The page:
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Safari at Minneriya national park Sri Lanka

In Sri Lanka there is no better place to watch elephants in wild than Minneriya National Park. Located roughly midway between the Habarana junction and the ancient 10th century ruins of Polonnaruwa on the A11 road, Minneriya was a favorite haunt of enterprising tour guides long before it was officially declared a National Park in 1988. Minneriya tank is the main source of water for the animals in the park and Giritale tank, which is smaller than Minneriya take also supply the water to animals in the park. Minneriya national park with extent of 7529 hectares provides one of the best habitats in the region for elephants. Abundance of plants and trees that elephants depend on and Minneriya and Giritale reservoirs fulfill the basic requirement of elephants.

A Sri Lankan elephant (Elephus maximus maximus) is an intelligent and vey social animal. It has been able to attract the attention of wildlife enthusiast from all around the world. It is truly impossible not to be impressed with the sheer bulk of a fully grown adult, but equally extraordinary from the point of view of an onlooker is the network of complex social interaction that characterize a herd of the subtle dexterity with which an individual might wield its trunk while nimbly browsing. That's apart from the delightfully clumsy movements of a fuzzy month-old baby or the swaggering gait and sonorous rumbling of a musthing bull as he tries to cut a targeted cow from the herd mate.

The natural cycle for the elephants of the region sees them travel in small herds of 10 to 20 during the wet season, feeding on the lush vegetation brought out by the rains. These scattered groups start to coalesce as the year wears on and the ponds and smaller tanks disappear. As the mighty Minneriya tank remains throughout the season, it is here the disparate herdís journey, meeting up with each other to form larger, loose-knit associations. Eventually, when the dry season is at its apex, a daily ritual unfolds whereby all the elephants in the area gravitate to the grassy plains exposed by the receding waters of the tank.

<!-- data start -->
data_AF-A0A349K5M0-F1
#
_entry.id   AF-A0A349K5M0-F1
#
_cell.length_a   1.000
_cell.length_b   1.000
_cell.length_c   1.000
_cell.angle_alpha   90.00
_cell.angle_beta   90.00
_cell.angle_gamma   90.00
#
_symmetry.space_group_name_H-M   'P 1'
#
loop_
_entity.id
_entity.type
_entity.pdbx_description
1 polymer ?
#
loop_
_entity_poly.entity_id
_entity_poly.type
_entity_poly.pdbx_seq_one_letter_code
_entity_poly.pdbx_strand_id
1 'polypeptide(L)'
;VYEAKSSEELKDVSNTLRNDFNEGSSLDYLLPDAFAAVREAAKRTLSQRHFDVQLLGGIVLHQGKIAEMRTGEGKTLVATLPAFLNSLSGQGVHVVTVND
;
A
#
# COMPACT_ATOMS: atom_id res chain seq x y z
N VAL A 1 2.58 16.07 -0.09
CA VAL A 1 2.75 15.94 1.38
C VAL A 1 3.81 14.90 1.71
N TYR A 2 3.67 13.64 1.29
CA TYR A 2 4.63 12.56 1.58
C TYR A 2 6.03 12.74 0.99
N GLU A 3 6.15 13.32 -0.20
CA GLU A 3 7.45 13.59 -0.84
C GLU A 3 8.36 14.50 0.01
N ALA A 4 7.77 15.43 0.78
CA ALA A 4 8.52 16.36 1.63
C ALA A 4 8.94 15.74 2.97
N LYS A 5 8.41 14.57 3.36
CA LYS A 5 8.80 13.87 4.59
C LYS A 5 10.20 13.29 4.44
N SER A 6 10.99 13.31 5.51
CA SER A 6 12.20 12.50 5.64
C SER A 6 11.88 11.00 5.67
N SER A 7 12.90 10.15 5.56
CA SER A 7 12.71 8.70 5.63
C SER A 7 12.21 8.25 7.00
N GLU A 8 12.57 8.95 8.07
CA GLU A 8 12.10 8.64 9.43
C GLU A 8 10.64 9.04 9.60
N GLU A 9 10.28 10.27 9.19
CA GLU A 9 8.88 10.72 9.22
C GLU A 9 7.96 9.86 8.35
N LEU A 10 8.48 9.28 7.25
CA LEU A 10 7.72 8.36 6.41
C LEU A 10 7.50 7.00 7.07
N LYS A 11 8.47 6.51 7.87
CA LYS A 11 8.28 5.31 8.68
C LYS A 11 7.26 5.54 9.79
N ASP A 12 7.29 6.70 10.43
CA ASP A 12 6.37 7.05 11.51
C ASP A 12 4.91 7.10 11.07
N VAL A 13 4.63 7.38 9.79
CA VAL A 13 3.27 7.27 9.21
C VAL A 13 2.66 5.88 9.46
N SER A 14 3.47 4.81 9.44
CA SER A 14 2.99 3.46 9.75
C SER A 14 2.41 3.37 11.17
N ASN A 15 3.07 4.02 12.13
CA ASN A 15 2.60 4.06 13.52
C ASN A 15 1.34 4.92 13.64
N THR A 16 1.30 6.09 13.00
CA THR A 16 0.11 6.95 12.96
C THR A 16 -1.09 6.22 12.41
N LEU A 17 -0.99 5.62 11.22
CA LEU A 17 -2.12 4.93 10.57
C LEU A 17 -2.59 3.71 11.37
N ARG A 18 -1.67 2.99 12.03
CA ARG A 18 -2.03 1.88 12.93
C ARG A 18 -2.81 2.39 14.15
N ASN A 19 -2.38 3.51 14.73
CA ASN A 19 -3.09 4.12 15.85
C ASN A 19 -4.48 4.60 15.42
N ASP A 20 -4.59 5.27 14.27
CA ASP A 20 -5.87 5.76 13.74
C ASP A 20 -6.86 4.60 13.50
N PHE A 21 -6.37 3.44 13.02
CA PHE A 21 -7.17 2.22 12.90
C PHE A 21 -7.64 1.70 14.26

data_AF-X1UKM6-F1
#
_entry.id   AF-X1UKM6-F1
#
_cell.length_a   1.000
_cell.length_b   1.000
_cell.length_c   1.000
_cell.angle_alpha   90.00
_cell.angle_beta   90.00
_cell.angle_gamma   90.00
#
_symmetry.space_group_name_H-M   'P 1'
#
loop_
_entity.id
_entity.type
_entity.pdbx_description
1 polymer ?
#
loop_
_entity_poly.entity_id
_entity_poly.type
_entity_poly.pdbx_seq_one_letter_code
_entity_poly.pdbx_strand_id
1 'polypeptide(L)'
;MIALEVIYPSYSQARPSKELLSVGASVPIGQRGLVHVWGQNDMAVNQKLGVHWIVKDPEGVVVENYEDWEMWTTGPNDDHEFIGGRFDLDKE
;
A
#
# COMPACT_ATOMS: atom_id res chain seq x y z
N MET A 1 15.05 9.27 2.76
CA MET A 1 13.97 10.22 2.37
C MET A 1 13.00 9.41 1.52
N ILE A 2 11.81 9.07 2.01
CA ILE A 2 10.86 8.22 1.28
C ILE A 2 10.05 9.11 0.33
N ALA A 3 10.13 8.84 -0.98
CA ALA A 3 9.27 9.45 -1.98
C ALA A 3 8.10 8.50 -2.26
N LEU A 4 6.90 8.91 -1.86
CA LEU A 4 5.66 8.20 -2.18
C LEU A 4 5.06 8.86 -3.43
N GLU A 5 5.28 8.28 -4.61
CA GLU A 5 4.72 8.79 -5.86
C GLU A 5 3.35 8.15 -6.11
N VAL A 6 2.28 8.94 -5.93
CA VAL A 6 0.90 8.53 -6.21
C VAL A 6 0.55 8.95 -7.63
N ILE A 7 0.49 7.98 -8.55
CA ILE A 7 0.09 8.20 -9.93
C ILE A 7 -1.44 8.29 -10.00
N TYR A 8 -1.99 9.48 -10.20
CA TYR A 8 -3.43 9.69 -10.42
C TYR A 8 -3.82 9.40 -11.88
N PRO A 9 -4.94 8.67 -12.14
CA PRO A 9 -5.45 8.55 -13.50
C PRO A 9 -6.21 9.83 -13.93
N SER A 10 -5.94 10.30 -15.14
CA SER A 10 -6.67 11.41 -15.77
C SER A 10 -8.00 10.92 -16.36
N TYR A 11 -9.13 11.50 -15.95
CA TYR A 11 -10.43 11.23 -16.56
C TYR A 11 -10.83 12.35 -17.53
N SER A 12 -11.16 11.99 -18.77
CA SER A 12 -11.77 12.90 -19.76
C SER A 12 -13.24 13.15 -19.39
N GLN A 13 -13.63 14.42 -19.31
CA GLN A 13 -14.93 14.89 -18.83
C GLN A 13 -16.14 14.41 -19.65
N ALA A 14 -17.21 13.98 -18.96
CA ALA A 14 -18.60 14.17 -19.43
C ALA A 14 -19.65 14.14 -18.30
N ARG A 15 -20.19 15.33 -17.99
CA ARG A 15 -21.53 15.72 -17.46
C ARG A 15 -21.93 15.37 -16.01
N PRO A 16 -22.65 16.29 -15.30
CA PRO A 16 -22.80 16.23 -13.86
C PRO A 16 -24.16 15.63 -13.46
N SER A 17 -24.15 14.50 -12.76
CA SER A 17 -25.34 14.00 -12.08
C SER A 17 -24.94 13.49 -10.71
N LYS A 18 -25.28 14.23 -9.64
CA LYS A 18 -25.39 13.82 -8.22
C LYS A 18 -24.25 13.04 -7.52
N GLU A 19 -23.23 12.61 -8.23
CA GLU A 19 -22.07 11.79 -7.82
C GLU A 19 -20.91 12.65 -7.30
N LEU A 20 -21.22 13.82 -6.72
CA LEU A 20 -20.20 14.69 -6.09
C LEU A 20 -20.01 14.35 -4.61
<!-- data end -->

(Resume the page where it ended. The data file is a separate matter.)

While elephants are the main attraction at Minneriya, the park is worth a visit for more than just its elephants. A wide variety of water birds enjoy the bountiful harvest provided by the rich aquatic ecosystem. Beautiful multi colored painted stork (Mycteria leucocephala), grey herons (Ardea cinerea), and the diminutive ruddy turnstone (arenaria interpres) are occuring here often. Large gathering of little cormorant (Phalacrocorax niger) is a very common sight here, these herds are surpass more than 1000 birds in some occasions. Pelican is also a very common aquatic bird species here, which also gather here in great numbers.

At one time the Asian elephant roamed the entire island from the lofty heights of Horton'sPlains to the sun-kissed coastal waters that greet the land and all points of the compass. For the last several decades the elephant population in Minneriya and surrounding area is considerably reduced owing to many reasons such as habitat loss, conflict with humans over agriculture land, war and poaching. In the early days elephants were recorded in some parts of the central mountain range, but due to the deforestation, they are completely wiped out from their habitat in the higher elevated areas in the country. Today elephants are entirely restricted to low-land dry-zone forested areas, it is only a doomed handful of elephants that still tread the odd up-country forest paths at Sinharaja, Peak Wilderness and the area around Matale.

Even though Sri Lanka is a small country, it is endowed with large number of animal species. Despite its small size Sri Lanka has been able to manage a healthy population of animal such as Elephants that need large space to survive. Minneriya national park is connected with Eco-park, Kaudulla national park, Somawathiya national park, flood plains and Wasgamuwa making huge tract of forested area for elephants. At the same time this is the centre of what some of the most intensively famed is and productive paddy land in the country. Sri Lanka has gained a moderate success in the effort of keeping the balance of agricultural development and preserving the natural habitat of wild animals.